Few scientists are as iconic, important or recognizable as Albert Einstein. So it makes perfect sense that he’ll be the focus of Genius, the first scripted series on the National Geographic Channel. Now, the team behind it, including producer Ron Howard, have found the perfect actor to play the role: Oscar-winner…
Today, Christie’s auctioned off the well-worn leather jacket of Albert Einstein. You may know him as the Nobel Prize-winning mathematician who figured out the essence of the universe almost a full century before science could prove him right. But he also had great fashion sense.
On Friday, a digitized trove of Albert Einstein's writings and correspondence was made available online. While perusing the collection, astrobiologist David Grinspoon found a letter addressed from Einstein to famed physicist, chemist, and two-time Nobel-Laureate, Marie Curie. That letter's gist? Ignore the trolls.
On Friday Digital Einstein went live, bringing with it a treasure trove of Einstein letters, correspondences, postcards, and notes detailing the life of one of the world's greatest thinkers. As The New York Times reports, these are The Dead Sea Scrolls of physics and you can read them today for free.
Time travel's been one of man's wildest fantasies for centuries. It's long been a popular trend in movies and fiction, inspiring everything from Charles Dickens' A Christmas Carol to H.G. Wells' The Time Machine to the Charlton Heston shrine that is The Planet of the Apes. And with the opening of Interstellar…
Time travel is possible—or at least a lot of serious physicists say so. It's probably not possible to pull it off in a souped-up Delorean, but there are wormholes, Tipler cylinders, and other Einstein-inspired theories for how it could work. Which raises the question: Why haven't we met any visitors from another…
Here at Paleofuture, we love failed predictions. It’s kind of our bread and butter. But shockingly, some of the failed predictions being passed around on the internet are often misleading, frequently taken out of context, or sometimes completely fabricated.
You might remember Kurt Gödel. He was last seen on io9 proving the existence of God, at least in theory. Legend has it he also found an odd clause in the Constitution which proves that the United States could be legally made a dictatorship. And he told it to immigration officers.
Albert Einstein and his equation E=mc² are famously connected to the modern atomic age. But as nuclear historian Alex Wellerstein writes in this counterfactual account of history, the great physicist mattered less than you'd think in the invention of the nuclear bomb.
This chart takes the milestones of the average American life — everything from becoming eligible for a driver's license to getting (and leaving) a first job — and plots them all out into weeks.
Swirl water in a cup, and the water will move to the outer edge of the cup. Sometimes, when you swirl hard enough, it will actually start "climbing" the walls of the cup, as the water collects at the outer edge. Now take a cup of tea with a few tea leaves in it and stir it with a spoon. The tea leaves collect in…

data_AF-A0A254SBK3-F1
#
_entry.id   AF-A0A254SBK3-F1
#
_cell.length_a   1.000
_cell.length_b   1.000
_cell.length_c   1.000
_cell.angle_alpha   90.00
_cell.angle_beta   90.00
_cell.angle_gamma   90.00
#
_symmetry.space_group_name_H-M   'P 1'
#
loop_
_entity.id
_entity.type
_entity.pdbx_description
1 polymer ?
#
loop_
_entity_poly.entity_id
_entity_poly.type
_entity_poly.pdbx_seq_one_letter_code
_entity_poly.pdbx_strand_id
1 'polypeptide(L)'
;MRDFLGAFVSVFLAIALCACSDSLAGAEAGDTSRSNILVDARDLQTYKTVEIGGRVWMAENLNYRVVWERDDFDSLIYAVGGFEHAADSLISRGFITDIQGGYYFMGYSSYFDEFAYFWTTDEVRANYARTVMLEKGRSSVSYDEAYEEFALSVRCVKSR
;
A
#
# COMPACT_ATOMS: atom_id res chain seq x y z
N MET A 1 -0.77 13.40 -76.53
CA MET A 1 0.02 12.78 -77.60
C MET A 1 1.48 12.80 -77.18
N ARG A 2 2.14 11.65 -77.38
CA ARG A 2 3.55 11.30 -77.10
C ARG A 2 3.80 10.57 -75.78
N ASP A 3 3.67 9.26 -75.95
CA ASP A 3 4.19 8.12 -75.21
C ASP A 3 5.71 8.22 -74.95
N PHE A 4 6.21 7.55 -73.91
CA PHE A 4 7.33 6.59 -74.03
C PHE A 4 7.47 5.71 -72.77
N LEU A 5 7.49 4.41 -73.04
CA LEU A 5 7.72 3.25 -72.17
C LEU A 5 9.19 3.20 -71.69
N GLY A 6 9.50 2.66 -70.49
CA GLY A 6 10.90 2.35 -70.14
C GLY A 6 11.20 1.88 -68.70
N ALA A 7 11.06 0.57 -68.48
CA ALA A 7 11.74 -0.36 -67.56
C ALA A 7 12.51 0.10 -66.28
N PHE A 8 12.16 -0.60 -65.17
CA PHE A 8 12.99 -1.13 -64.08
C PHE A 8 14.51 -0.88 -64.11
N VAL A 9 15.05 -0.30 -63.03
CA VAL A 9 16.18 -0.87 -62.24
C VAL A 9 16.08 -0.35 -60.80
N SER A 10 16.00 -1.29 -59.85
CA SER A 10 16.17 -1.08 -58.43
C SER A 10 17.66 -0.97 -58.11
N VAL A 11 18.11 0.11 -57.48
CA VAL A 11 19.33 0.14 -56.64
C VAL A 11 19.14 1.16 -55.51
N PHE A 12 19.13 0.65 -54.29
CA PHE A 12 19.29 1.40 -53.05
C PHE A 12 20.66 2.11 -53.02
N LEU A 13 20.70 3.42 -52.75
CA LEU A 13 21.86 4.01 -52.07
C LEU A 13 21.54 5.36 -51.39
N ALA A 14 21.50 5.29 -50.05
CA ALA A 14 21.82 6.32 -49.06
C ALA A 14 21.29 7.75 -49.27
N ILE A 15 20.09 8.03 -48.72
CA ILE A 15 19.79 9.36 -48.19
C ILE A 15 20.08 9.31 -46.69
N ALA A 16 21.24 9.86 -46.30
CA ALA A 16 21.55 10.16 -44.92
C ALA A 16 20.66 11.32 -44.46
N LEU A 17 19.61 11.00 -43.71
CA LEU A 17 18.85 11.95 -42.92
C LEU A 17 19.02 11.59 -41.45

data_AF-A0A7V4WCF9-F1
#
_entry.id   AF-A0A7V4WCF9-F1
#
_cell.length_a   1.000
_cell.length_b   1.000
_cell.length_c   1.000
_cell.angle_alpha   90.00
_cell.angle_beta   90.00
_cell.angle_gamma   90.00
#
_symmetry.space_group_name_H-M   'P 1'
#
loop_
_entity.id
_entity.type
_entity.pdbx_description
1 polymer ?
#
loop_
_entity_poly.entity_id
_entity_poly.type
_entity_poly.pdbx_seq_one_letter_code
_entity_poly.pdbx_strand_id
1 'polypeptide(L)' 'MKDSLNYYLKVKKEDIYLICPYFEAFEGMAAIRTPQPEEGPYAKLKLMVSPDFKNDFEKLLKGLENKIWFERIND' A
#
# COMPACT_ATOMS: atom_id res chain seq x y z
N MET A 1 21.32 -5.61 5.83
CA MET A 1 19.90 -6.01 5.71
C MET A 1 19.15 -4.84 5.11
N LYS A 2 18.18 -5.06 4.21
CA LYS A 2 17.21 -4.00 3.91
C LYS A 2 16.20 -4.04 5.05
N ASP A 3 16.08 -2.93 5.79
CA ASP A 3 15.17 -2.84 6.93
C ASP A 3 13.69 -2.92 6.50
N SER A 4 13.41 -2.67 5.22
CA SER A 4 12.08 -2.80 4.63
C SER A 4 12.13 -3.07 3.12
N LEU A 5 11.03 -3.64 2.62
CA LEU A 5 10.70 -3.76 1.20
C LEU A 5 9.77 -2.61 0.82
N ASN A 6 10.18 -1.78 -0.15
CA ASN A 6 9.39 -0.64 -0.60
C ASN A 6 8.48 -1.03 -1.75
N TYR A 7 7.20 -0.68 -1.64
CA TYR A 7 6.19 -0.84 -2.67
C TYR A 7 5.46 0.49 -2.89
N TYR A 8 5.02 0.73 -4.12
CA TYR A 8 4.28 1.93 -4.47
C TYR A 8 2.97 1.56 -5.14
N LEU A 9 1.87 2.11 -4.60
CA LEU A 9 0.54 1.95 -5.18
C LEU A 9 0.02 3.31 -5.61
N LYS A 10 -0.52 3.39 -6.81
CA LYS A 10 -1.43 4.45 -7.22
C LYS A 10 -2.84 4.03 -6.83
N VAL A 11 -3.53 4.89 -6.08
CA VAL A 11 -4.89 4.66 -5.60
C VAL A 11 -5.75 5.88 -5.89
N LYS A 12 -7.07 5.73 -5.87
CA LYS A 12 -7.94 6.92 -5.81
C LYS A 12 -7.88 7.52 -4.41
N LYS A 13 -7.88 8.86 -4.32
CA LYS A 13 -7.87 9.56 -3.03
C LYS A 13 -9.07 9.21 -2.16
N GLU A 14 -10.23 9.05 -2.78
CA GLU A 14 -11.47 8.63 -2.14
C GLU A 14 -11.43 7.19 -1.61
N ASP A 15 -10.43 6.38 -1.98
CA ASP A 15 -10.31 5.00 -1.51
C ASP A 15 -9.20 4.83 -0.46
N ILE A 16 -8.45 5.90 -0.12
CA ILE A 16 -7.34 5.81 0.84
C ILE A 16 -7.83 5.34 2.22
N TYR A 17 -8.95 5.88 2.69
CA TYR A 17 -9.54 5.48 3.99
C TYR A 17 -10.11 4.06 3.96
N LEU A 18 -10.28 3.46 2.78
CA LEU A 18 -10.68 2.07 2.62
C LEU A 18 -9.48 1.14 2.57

Somebody's going to win a Nobel Prize. At least that's what the physics community is saying after the announcement on Monday that a Harvard team has found the first direct evidence of cosmic inflation right after the Big Bang. It's more proof that the Big Bang really was the beginning of it all.
As Albert Einstein once said, "Don't believe every quote you read on the internet, because I totally didn't say that."
The going theory among cosmologists is that the universe will eventually rip itself to shreds owing to its ever-accelerating rate of expansion. Not so, say a pair of physicists who have just taken it upon themselves to reformulate an integral facet of general relativity: the cosmological constant.
Scientists have a low tolerance for errors, but as Freeman Dyson points out in a recent New York Review of Books article, some of our most important conceptual breakthroughs — from natural selection to general relativity — first got started as big mistakes.
According to legend, Albert Einstein changed his mind about the static state of the universe in 1931 after astronomer Edwin Hubble showed him evidence that the universe was expanding. A recent paper shows this is a myth — and that Einstein needed a lot more to change his mind.
Because of course Einstein can use the Force. He discovered it.
Did Nikola Tesla actually work as a swimming instructor? What's the deal with that famous photo of Albert Einstein and his therapist? Did they actually make radiation-aged bourbon back in the 1960s? Nope!
Apparently It's Okay To Be Smart thinks it's okay to be sexist. The science-themed YouTube show is taking a ton of flak after releasing a video portraying Albert Einstein as a lecherous old man who can't keep his hands off Marie Curie during Thanksgiving dinner.
It wasn't too long after Newton published his laws of motion that people noticed something was off about them. To be specific, they were off by the orbit of an entire planet. And they remained off until Einstein, and general relativity, explained why Mercury moves the way it does.